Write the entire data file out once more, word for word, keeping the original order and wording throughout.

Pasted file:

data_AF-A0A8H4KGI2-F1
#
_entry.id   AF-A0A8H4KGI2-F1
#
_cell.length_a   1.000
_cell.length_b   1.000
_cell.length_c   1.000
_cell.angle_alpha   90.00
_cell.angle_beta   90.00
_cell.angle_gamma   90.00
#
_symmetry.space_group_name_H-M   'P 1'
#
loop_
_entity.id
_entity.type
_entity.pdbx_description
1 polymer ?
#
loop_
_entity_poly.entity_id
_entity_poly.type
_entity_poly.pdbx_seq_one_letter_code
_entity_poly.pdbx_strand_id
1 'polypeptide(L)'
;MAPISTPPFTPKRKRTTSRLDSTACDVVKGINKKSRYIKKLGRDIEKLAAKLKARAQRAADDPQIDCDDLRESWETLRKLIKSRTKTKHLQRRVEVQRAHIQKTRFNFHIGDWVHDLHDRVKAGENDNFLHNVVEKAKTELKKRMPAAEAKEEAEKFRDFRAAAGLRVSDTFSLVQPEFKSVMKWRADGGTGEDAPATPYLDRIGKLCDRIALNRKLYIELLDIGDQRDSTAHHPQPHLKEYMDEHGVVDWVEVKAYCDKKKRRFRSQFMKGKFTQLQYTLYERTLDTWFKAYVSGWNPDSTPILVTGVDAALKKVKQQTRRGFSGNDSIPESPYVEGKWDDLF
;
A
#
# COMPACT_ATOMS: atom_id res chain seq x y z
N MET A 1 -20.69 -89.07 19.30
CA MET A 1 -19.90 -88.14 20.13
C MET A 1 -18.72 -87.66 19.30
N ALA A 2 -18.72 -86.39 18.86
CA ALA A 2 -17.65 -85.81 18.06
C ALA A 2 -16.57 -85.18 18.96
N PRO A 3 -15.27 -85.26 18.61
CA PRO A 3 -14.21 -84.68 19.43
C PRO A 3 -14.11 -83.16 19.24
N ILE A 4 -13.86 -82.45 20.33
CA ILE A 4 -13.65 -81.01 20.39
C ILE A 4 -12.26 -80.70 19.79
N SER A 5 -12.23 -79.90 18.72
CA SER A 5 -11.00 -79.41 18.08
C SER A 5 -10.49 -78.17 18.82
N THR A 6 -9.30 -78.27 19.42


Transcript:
data_AF-A0A8H4KGI2-F1
#
_entry.id   AF-A0A8H4KGI2-F1
#
_cell.length_a   1.000
_cell.length_b   1.000
_cell.length_c   1.000
_cell.angle_alpha   90.00
_cell.angle_beta   90.00
_cell.angle_gamma   90.00
#
_symmetry.space_group_name_H-M   'P 1'
#
loop_
_entity.id
_entity.type
_entity.pdbx_description
1 polymer ?
#
loop_
_entity_poly.entity_id
_entity_poly.type
_entity_poly.pdbx_seq_one_letter_code
_entity_poly.pdbx_strand_id
1 'polypeptide(L)'
;MAPISTPPFTPKRKRTTSRLDSTACDVVKGINKKSRYIKKLGRDIEKLAAKLKARAQRAADDPQIDCDDLRESWETLRKLIKSRTKTKHLQRRVEVQRAHIQKTRFNFHIGDWVHDLHDRVKAGENDNFLHNVVEKAKTELKKRMPAAEAKEEAEKFRDFRAAAGLRVSDTFSLVQPEFKSVMKWRADGGTGEDAPATPYLDRIGKLCDRIALNRKLYIELLDIGDQRDSTAHHPQPHLKEYMDEHGVVDWVEVKAYCDKKKRRFRSQFMKGKFTQLQYTLYERTLDTWFKAYVSGWNPDSTPILVTGVDAALKKVKQQTRRGFSGNDSIPESPYVEGKWDDLF
;
A
#
# COMPACT_ATOMS: atom_id res chain seq x y z
N MET A 1 -20.69 -89.07 19.30
CA MET A 1 -19.90 -88.14 20.13
C MET A 1 -18.72 -87.66 19.30
N ALA A 2 -18.72 -86.39 18.86
CA ALA A 2 -17.65 -85.81 18.06
C ALA A 2 -16.57 -85.18 18.96
N PRO A 3 -15.27 -85.26 18.61
CA PRO A 3 -14.21 -84.68 19.43
C PRO A 3 -14.11 -83.16 19.24
N ILE A 4 -13.86 -82.45 20.33
CA ILE A 4 -13.65 -81.01 20.39
C ILE A 4 -12.26 -80.70 19.79
N SER A 5 -12.23 -79.90 18.72
CA SER A 5 -11.00 -79.41 18.08
C SER A 5 -10.49 -78.17 18.82
N THR A 6 -9.30 -78.27 19.42